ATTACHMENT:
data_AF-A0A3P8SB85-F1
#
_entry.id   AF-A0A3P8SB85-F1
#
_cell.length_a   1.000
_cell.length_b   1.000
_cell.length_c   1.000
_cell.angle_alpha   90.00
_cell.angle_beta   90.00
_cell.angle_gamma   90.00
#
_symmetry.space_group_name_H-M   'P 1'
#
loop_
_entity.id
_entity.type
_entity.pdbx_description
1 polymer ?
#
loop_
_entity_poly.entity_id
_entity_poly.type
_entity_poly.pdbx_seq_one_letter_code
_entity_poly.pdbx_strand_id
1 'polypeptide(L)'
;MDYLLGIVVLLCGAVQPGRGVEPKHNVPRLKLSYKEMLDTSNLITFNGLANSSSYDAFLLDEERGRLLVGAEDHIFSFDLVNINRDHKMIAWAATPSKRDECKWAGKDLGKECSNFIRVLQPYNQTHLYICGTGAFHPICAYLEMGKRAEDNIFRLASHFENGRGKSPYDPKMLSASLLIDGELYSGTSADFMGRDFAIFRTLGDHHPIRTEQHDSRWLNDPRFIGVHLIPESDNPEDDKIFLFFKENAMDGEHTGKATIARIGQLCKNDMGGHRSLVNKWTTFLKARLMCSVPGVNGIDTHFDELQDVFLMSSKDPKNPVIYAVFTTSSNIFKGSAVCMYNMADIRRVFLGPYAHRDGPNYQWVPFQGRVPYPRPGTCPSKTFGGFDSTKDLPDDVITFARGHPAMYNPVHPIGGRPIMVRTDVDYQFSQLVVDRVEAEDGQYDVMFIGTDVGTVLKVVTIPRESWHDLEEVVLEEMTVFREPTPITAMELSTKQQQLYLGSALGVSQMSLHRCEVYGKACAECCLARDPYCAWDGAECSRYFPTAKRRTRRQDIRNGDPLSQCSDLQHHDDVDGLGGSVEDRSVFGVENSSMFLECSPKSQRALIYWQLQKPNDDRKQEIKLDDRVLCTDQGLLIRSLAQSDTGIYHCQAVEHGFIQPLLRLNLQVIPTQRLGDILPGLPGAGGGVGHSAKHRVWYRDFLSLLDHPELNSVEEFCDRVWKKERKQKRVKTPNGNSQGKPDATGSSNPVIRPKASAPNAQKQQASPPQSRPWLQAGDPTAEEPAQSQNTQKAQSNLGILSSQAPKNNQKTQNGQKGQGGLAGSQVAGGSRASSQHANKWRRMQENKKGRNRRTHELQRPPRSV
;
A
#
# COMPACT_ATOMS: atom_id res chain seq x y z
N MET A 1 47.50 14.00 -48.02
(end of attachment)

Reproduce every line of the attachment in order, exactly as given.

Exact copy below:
data_AF-A0A3P8SB85-F1
#
_entry.id   AF-A0A3P8SB85-F1
#
_cell.length_a   1.000
_cell.length_b   1.000
_cell.length_c   1.000
_cell.angle_alpha   90.00
_cell.angle_beta   90.00
_cell.angle_gamma   90.00
#
_symmetry.space_group_name_H-M   'P 1'
#
loop_
_entity.id
_entity.type
_entity.pdbx_description
1 polymer ?
#
loop_
_entity_poly.entity_id
_entity_poly.type
_entity_poly.pdbx_seq_one_letter_code
_entity_poly.pdbx_strand_id
1 'polypeptide(L)'
;MDYLLGIVVLLCGAVQPGRGVEPKHNVPRLKLSYKEMLDTSNLITFNGLANSSSYDAFLLDEERGRLLVGAEDHIFSFDLVNINRDHKMIAWAATPSKRDECKWAGKDLGKECSNFIRVLQPYNQTHLYICGTGAFHPICAYLEMGKRAEDNIFRLASHFENGRGKSPYDPKMLSASLLIDGELYSGTSADFMGRDFAIFRTLGDHHPIRTEQHDSRWLNDPRFIGVHLIPESDNPEDDKIFLFFKENAMDGEHTGKATIARIGQLCKNDMGGHRSLVNKWTTFLKARLMCSVPGVNGIDTHFDELQDVFLMSSKDPKNPVIYAVFTTSSNIFKGSAVCMYNMADIRRVFLGPYAHRDGPNYQWVPFQGRVPYPRPGTCPSKTFGGFDSTKDLPDDVITFARGHPAMYNPVHPIGGRPIMVRTDVDYQFSQLVVDRVEAEDGQYDVMFIGTDVGTVLKVVTIPRESWHDLEEVVLEEMTVFREPTPITAMELSTKQQQLYLGSALGVSQMSLHRCEVYGKACAECCLARDPYCAWDGAECSRYFPTAKRRTRRQDIRNGDPLSQCSDLQHHDDVDGLGGSVEDRSVFGVENSSMFLECSPKSQRALIYWQLQKPNDDRKQEIKLDDRVLCTDQGLLIRSLAQSDTGIYHCQAVEHGFIQPLLRLNLQVIPTQRLGDILPGLPGAGGGVGHSAKHRVWYRDFLSLLDHPELNSVEEFCDRVWKKERKQKRVKTPNGNSQGKPDATGSSNPVIRPKASAPNAQKQQASPPQSRPWLQAGDPTAEEPAQSQNTQKAQSNLGILSSQAPKNNQKTQNGQKGQGGLAGSQVAGGSRASSQHANKWRRMQENKKGRNRRTHELQRPPRSV
;
A
#
# COMPACT_ATOMS: atom_id res chain seq x y z
N MET A 1 47.50 14.00 -48.02